Pubs, Beer & Brand


Pubs (and the beer they serve) have been part of the British way of life for a long, long time. So long in fact, that some claim to have been serving the public for nearly 1,500 years, and with this in mind, it is no surprise that they are ingrained into our psyche.

However, in recent years pubs up and down the country have been closing their doors for the last time. According to recent studies, 25% of the pubs open in 2001 have now closed. This is a shocking number, but not entirely surprising. What’s more, the vast majority of the pubs that have been lost are small and independently owned – in contrast, large pub chains have actually grown in size with employment across the industry 6% higher than in 2008.

With all businesses relying on consumers to keep them going, industries have to adapt to changing behaviours. With consumers looking for cheaper, and perceived healthier, alternatives, pubs need to realise that they can no longer rely on what worked for them before. With ever-rising costs and a plethora of other rapidly evolving emotional and societal factors, pubs must identify trends and behaviours and react quickly to accommodate them. So how do you get someone to pay a premium for something they could find much cheaper elsewhere?

The answer lies in the experience. The film and music industries faced the same dilemma who suddenly had to compete with cheap, pirated online copies of their products. They did this by reminding the public that no low-quality pirated movie or music would ever be as good as the real movie or music ‘experience’. By focussing on experience, they are increasing the value of their offering in the consumers’ minds and reinforcing the idea that ‘the real thing’ can’t be recreated illegally (a bit like Coca-Cola did!). Consumers have come to expect everything to be quicker, cheaper and easier – so both industries have ended up embracing the streaming innovations in order to stay relevant. After a decade or so, streaming has completely revolutionised both music and film, allowing the industries and those within them to earn a living, while also providing the customer with the content and experience that they demanded.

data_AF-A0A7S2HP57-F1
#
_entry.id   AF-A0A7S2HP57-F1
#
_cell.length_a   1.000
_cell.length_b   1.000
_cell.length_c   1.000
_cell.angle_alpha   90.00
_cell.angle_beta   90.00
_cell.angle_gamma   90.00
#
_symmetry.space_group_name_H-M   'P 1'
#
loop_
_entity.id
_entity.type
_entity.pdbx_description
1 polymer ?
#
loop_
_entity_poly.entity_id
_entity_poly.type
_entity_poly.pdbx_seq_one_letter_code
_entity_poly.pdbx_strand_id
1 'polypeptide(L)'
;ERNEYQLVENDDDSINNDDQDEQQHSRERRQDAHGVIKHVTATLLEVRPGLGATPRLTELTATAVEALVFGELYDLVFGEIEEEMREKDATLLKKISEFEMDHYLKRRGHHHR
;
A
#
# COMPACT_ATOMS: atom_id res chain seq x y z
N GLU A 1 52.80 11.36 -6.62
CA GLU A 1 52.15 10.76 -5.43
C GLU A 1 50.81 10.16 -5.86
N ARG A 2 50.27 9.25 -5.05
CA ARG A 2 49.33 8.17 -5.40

These learnings can be carried into the hospitality industry too. Much of the appeal of pubs comes down to the experience and what the pub can offer the customer that they couldn’t get from anywhere else. Pubs need to delve into their customers’ needs to understand what they really want from a pub experience, what the barriers are and then tailor their offering to appeal to consumers’ emotional needs. They need to leverage their brand across every interaction to differentiate from others and make it easy for consumers to understand what they offer; this has to be across every channel, from interiors, menu design and social media, through to signage and tone of voice. They need to be memorable and relevant in order to tempt customers away from the lure of staying at home.

It’s a turbulent time for many pubs all over the UK, funds are tight and once reliable customer bases are changing. By leveraging a relevant brand and living their values as experiences offered to customers, pubs will be better equipped to ride out the economic storm. No matter the industry, a brand needs to evolve and innovate along with consumer trends and behaviours; or risk being left behind.